First Time Home Buyer Tax Credit – IRS clarification

Forbes magazine says the Internal Revenue Service (IRS) has clarified that the new $8,000 tax credit for first-time homebuyers can’t be claimed before the actual purchase.

Seems some buyers were claiming the credit first and then using the $8,000 check from the government as a down payment!

 A number of tax practitioners and real estate professionals argued taxpayers can claim IRA deductions prior to the actual contribution, as long as the contribution is made by April 15 of the following year. So why can’t homebuyers use the same logic?

 “But the IRS’ position, expressed in a series of questions and answers it issued earlier this month, shouldn’t have come as a surprise,” said the April 21 article by Mark A. Luscombe.

 “The language of the law clearly required a purchase to have taken place before a taxpayer claimed the credit, and IRS form 5405, used to claim the credit, has a line requiring a taxpayer to enter the date of the home purchase.”

 Luscombe points out the money is sent fairly quickly after the purchase, with homebuying taxpayers who already filed 2008 returns eligible to file an amended return. The refundable credit means buyers can get the entire $8,000 even if their federal income tax paid was less than that.

 IRS to look closely at claims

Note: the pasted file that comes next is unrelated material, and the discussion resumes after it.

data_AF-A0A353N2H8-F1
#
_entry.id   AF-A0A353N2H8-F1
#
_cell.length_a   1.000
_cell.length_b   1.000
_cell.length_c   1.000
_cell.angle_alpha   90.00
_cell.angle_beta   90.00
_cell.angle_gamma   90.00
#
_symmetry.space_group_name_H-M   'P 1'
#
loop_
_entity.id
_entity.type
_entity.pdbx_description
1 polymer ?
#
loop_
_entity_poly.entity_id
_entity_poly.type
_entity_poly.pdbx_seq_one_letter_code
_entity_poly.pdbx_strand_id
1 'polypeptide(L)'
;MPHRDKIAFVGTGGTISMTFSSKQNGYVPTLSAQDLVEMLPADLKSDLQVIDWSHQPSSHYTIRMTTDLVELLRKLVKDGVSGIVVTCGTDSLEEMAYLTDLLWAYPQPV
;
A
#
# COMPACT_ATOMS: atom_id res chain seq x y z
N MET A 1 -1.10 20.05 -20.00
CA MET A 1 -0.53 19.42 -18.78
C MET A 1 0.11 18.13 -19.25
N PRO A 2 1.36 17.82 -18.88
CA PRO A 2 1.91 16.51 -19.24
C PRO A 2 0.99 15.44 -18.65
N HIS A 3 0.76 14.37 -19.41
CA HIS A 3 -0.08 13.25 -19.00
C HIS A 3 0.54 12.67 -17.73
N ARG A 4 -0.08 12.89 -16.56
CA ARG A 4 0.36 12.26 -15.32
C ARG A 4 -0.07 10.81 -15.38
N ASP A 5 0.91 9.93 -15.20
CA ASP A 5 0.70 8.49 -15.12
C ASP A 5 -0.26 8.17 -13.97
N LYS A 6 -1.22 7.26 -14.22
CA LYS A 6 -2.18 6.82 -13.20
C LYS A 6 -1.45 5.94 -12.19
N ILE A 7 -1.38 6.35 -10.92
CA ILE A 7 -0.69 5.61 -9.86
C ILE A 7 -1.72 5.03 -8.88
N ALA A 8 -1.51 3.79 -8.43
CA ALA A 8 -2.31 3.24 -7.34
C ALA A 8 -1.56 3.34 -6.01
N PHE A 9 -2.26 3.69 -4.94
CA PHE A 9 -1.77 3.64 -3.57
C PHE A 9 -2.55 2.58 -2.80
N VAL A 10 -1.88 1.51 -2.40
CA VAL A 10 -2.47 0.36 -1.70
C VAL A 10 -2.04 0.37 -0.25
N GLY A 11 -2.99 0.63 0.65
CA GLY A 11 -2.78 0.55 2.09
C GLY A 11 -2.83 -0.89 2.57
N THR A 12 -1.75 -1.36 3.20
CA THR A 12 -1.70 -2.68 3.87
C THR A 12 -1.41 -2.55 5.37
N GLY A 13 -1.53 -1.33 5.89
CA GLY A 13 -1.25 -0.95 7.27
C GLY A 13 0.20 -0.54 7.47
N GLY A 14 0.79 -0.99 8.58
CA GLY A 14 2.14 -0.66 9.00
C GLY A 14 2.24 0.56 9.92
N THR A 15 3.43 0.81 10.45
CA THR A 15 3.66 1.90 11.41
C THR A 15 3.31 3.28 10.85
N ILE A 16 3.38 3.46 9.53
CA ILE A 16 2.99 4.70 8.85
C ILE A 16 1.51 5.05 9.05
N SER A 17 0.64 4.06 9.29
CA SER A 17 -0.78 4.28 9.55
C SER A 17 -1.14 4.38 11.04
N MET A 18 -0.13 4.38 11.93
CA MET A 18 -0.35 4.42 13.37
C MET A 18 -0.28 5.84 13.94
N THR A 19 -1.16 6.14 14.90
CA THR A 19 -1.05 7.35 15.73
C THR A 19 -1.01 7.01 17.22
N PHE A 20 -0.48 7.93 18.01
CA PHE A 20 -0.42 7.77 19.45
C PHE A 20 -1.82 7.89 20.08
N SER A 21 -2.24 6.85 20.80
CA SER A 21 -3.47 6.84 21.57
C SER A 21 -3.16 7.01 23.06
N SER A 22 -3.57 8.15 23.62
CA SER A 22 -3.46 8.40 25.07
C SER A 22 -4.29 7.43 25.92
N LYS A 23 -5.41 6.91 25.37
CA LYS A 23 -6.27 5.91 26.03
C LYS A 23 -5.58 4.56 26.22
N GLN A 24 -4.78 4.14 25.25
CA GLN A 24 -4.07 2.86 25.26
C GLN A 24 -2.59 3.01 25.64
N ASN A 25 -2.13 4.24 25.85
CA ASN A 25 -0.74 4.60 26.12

The other confusing issue is the definition of “first-time home buyer.” For purposes of this specific tax credit, it includes homebuyers who have not owned a home within the past three years.

IRS estimates are that 7 percent of those who had claimed the credit so far might not be eligible because “they may have had ownership in a personal residence within the last three years.”

The article said it was unclear what penalties may be assessed to homebuyers who had claimed the credit prior to the qualifying home purchase. But it said tax practitioners could be looking at preparer penalties if they assisted in claiming such a credit.

A preliminary report by the Treasury Inspector General for Tax Administration looked at 56.9 million tax returns received through March 6. It estimated some 1.4 million taxpayers will claim the federal first-time homebuyer tax credit on their 2008 returns, meaning the program is likely by the Nov. 30, 2009, deadline to meet or exceed the 2 million target set by Congress.

 For the IRS guidelines on the new credit, including a link to Form 5405, click here.

 
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